Do you have any snow on the ground? We had a fantastic snow day yesterday! I read that Boulder’s 16+ inches in yesterday’s storm is more than the average snow for the month. I was so distracted by the sledding, matinees, and requests for banana cream pie, that I forgot to post. And I think Sarah’s off taking photos of staircases and doorways, so who knows when we’ll hear from here again ;-)? Anyway, today we’re sharing an amazing use for vanilla, and I really hope you’ll give it a try.
When we picked vanilla as the ingredient of the season. I knew I wanted to experiment with some savory dishes. That said, I didn’t have anything in particular in mind, and never in my wildest dreams did I see this savory roasted chicken on the horizon! We eat a lot of roasted chicken, and I’ve become so partial to our chicken with the flavors of preserved lemon and olives, but this dish is far on the other end of the spectrum. The flavors are more subtle, of course there’s the vanilla, but there’s also a mild nutty-ness from the browned butter. It’s a nice compliment to our repertoire of chicken dishes.
If there’s one thing making this chicken with preserved lemons dish confirmed, it’s that Calder and I fall hard for main dishes with a mix strong flavors. For example, this dish calls for fresh and preserved lemons, fresh ginger, garlic, onions, olives, and cilantro (wow!). I would never dream of putting that many flavors together on my own, and I wouldn’t have the confidence to assume that they would go well with chicken. BUT when flipping through cookbooks, that’s just the sort of edgy combination that jumps out and gets me excited to try a new recipe. Such was the scene last week when I pulled our Tagines & Couscous cookbook off the shelf.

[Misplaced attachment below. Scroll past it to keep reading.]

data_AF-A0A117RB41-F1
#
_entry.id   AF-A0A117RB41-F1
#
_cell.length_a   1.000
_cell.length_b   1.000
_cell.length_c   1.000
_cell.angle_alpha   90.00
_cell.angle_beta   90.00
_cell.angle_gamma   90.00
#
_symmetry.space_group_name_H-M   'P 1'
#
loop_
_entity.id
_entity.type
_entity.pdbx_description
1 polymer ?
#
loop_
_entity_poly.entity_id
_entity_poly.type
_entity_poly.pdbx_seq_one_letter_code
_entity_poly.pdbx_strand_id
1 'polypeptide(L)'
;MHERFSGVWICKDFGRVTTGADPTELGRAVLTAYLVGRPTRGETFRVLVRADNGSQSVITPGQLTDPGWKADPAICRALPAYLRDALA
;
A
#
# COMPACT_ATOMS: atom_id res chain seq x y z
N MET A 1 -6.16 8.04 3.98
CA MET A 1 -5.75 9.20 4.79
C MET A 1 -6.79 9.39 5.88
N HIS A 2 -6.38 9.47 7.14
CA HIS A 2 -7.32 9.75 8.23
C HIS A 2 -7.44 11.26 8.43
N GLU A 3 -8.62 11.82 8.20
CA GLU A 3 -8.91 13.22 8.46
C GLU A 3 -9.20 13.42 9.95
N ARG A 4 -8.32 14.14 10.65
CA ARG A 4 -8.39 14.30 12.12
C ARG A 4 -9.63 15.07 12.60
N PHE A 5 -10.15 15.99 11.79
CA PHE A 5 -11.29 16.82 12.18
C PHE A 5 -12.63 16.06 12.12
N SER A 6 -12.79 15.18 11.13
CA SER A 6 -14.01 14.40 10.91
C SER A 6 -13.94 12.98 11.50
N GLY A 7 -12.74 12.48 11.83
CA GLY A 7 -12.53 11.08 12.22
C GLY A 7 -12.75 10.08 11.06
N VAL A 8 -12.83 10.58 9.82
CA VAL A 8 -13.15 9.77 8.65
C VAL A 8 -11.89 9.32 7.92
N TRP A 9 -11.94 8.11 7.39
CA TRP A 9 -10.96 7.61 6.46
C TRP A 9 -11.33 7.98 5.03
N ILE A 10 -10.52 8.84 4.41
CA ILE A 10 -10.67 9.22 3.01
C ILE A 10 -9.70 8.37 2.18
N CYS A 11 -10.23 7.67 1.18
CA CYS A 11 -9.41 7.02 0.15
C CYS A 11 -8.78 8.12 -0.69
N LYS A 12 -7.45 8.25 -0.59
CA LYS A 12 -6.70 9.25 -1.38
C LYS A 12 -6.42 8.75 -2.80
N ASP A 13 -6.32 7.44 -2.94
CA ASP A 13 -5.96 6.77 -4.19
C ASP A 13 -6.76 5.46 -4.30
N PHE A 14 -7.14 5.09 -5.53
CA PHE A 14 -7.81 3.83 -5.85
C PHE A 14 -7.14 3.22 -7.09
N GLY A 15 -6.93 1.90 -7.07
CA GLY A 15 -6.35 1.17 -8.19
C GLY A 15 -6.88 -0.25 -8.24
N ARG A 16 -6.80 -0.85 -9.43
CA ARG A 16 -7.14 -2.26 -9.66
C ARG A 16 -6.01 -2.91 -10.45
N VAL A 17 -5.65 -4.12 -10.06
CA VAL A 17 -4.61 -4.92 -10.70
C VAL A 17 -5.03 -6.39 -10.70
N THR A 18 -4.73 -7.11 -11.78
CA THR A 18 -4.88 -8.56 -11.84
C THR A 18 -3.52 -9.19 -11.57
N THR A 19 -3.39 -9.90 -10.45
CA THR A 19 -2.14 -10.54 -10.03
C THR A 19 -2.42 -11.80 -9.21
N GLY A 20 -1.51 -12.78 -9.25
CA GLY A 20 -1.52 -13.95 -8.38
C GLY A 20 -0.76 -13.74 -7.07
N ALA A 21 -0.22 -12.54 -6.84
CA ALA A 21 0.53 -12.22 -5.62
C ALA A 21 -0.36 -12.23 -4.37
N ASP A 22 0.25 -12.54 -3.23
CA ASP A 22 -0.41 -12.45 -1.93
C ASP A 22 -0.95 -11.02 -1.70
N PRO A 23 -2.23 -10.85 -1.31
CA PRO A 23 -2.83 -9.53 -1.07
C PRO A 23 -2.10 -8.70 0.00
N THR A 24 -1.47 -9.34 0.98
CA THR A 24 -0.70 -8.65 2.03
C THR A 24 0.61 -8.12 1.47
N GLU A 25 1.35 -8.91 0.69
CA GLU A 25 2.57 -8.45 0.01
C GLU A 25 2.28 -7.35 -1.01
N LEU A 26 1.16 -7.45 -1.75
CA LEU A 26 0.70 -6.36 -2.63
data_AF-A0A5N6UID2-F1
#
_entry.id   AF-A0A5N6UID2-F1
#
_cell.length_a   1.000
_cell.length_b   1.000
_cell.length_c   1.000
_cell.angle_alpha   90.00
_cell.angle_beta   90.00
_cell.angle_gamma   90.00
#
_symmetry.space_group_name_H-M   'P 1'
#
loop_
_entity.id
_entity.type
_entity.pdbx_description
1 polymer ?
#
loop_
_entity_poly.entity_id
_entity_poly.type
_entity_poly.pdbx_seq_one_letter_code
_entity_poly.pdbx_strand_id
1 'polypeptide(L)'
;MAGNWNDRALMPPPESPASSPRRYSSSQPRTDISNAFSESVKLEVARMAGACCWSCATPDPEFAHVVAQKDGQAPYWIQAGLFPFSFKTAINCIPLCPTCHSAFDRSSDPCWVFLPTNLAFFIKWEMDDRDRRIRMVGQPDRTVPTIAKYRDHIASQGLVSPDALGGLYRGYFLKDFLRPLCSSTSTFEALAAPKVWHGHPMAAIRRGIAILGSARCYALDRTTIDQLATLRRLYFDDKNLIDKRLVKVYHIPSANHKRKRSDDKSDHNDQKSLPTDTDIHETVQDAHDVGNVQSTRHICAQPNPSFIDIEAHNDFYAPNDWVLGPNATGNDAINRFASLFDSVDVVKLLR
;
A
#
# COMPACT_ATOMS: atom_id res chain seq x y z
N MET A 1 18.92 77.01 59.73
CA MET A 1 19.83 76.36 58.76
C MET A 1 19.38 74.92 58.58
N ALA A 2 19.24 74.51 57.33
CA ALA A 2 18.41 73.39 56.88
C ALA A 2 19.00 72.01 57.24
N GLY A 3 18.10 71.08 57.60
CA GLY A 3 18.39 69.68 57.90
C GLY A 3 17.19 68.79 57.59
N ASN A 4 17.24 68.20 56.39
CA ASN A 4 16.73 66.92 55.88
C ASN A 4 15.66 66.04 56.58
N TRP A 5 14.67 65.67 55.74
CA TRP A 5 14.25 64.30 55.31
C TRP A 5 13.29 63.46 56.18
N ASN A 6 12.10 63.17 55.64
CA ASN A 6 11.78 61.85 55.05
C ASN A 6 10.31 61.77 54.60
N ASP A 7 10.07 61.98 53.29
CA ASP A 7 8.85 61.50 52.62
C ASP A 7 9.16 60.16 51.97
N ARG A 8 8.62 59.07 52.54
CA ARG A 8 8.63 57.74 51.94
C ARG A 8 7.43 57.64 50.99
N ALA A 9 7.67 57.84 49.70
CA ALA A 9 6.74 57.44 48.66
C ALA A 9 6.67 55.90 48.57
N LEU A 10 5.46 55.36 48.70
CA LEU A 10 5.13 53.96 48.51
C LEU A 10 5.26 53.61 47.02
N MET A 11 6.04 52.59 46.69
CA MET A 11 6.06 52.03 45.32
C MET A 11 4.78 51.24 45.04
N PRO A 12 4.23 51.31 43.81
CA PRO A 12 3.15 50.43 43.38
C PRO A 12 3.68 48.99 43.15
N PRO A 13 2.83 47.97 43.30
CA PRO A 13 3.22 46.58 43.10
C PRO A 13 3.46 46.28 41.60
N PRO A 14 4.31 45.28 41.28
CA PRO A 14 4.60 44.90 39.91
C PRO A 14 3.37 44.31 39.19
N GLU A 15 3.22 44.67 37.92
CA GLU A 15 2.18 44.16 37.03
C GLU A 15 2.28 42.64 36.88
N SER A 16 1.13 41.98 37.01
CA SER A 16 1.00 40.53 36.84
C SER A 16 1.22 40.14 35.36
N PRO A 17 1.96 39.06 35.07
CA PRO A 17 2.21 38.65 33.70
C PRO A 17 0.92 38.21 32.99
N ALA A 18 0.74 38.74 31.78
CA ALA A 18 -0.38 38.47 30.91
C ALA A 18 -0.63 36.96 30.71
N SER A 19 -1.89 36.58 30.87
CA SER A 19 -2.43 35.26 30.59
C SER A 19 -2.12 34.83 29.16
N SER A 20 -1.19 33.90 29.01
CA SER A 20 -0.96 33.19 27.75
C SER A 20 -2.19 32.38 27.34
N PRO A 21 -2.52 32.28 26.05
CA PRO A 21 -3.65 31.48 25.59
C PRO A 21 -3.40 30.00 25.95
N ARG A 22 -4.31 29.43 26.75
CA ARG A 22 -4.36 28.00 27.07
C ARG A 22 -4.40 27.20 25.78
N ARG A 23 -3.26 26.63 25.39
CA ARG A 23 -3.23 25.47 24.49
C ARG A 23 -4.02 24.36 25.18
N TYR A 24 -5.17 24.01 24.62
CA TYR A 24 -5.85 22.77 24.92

Stop. Do you know what a tagine (also spelled tajine) is? It was only in the past few years that I learned, and then we received a beautiful tagine as a wedding gift. A tagine is a piece of cookware from North Africa that’s made of clay and is sometimes glazed or painted. It’s made of two pieces, the bottom is flat with low sides, the top is cone-shaped. The top’s shape is meant to allow condensation to form and drip back down into the bottom of the dish. While tagines are traditionally used to cook over hot coals, they can also be used on traditional stovetops and in the ovens.
Funny thing – ours is so beautiful that I still haven’t gotten up the courage to actually use it. I’m scared it’ll break! Luckily, even if you don’t have a tagine, you can still make many of the recipes that call for them using a heavy-bottomed pot, like a dutch oven. That’s what I did for this dish.